Live in the now
St.Peter Stiftskulinarium, Salzburg, Austria have served food since AD 803, making it the oldest restaurant in Europe, and by most measures, in the entire world. While there have been renovations and improvements done to the restaurant in over 1000 years, they live by the motto “We love the history, but we do not live in the past.” So many of us carry the burden of the past. We are told time and time again to live in the moment, Carpe Diem, be present ...yet the baggage we carry holds us back and in a lot of cases, is the barrier to us being our best. The motto from this restaurant will be on a T-shirt by Friday.Love your history but don't live in the past. That should be the motto for 2023. Yes we've been through some challenging periods over the last 2 or 3 years, acknowledge it learn from it, debrief it, do an after action review, but don't live there. At 1200 years old, you would have a hard time arguing against its' claim of being the oldest restaurant in the world..... although I sure someone will no doubt challenge that claim!
How to productively get stuff done
During Ep 309 of The Mojo Sessions with Special Ops Pat McNamara (Episode link below) we discussed his process for getting sh#t done. He has 3 whiteboards in his house, one with today... on his fridge, so he sees it all the time, one in another room with this week's plan, and one in the other room with this year's plan. He breaks down what needs to get done, writes it on his whiteboard so he can see it, do it and rub it off... done. Pat is one of the most intentional guys I follow.
ARNOLD SCHWARZENEGGER produced a small book about his process of goal setting. There is a short para, early in the book, where he has open heart surgery and the doctor tells him to breathe ... daily. So he gets a whiteboard and 5 times a day, he breathes... each time having someone write it on the board so he can map progress... he did the same when bodybuilding.
So the take out? Get a whiteboard or the like, be intentional, what stuff do you want to get done? Write it, see it daily, do it, rub it off and replace it. Motivation comes from progress. We need to see what we are attacking and map our progress... a good lesson for kids. LINK to the Ep 309 with Pat McNamara https://apple.co/3H9CLy2 or search #themojosessionspodcast on your fav pod player.
A few years back, the manager of WeWork Sydney approached me doing some research. How do we improve the experience WeWork? Me..."Stop idiots walking the corridors and common areas with headsets carrying on loud conversations, oblivious to those around them who are trying to work in peace, whilst they have these calls so loud they could be heard corridors away." I told him it was an issue. We come to WeWork to get work done, yet the auditory pollution from these people who constantly walk around whilst conversing on their headsets was causing enormous distraction.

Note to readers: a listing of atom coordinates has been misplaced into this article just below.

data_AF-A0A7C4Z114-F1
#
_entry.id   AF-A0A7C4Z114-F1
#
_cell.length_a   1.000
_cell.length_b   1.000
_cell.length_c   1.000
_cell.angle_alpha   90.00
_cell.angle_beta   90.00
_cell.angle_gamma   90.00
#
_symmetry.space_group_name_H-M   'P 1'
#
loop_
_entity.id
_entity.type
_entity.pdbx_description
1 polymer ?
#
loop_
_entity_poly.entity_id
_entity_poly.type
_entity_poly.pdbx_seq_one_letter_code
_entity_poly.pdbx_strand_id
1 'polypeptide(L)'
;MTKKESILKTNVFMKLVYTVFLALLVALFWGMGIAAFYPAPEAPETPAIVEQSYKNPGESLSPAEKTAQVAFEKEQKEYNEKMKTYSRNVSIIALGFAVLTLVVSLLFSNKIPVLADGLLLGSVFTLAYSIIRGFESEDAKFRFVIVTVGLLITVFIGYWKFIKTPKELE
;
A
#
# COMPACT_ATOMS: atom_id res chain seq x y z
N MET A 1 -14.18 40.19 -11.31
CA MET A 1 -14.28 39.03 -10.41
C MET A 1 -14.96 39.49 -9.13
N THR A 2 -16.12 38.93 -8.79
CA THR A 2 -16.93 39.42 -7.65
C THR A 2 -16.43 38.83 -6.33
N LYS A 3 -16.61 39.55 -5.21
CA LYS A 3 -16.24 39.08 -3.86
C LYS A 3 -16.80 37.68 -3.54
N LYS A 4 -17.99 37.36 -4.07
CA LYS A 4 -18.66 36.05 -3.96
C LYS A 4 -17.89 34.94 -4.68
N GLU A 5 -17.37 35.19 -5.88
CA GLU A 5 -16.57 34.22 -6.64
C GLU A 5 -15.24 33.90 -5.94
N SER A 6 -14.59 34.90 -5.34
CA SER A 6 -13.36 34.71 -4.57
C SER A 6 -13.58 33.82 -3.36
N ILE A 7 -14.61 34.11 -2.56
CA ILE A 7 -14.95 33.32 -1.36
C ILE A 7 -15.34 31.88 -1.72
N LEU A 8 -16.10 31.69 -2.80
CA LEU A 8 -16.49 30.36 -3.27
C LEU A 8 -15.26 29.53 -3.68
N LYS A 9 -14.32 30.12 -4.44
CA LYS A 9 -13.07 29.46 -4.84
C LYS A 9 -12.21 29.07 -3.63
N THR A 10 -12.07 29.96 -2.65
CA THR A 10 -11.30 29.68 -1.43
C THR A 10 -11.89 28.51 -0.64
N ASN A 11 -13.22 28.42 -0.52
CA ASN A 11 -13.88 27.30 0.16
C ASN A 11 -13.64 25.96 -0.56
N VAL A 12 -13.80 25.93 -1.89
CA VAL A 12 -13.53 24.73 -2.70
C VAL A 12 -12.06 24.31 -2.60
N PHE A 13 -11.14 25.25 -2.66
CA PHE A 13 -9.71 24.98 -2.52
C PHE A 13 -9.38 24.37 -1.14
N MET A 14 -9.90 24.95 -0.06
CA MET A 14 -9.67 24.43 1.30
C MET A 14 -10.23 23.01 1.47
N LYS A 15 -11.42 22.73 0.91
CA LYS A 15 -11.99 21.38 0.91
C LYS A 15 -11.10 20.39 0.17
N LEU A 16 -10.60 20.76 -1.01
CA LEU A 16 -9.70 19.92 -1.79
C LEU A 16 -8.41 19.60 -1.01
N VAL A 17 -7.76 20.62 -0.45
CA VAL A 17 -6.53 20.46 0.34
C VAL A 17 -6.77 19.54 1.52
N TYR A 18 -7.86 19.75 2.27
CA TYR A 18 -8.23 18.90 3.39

It seems it's now become a global problem as employees used to the peace of their own homes, head back to the office . A recent survey by HR Magazine states that 52% of office workers are concerned that noise levels in the office may make them less productive. Nearly 2/3 of the same people say they get fed up if their noisy co-workers break their concentration, and 42% actually worry they will slip into noise rage if colleagues become too loud. Reporters say there's a mental fatigue that happens by hearing all of these distracting noises all day long. To me, there's a difference between white noise in a coffee shop to actually having someone on their phone having a conversation whilst you are trying to get some blue zone work done. People lose an estimated 86 minutes of productivity each day because of noise distractions, according to a study by Steelcase. Leaders listen up. Did WeWork do anything about it ....negative. If you ask for feedback, take it. Action it.
Be a great listener
Rick Rubin is an American record producer, co-founder of Def Jam Recordings, has one 8 Grammy's and is basically... a legend in the music industry. His superpower.... he is best known for his talents as a listener. He is recognised for his ability to develop skilled notes of how artists can improve their songs along with providing them a safe space to create music without commercial and external pressure. Imagine if we did that for our team members, our friends and most importantly our children?
Imagine if you had a reputation with your team, your friends and especially your children of being a great listener. Part of being a great listener is making people feel safe. It's been a recurring theme on The Mojo Sessions podcast, trust expert Dr Abby Marano and mental performance Coach for The Tampa Bay Rays MLB team Justin Su'a both spoke of leaders, creating a safe place within the organisation, where people could feel secure, have their ideas heard, and know that their leader actually took a genuine interest in them as a human being. The key, be a great listener. Take a genuine interests of the person in front of you and make them feel safe.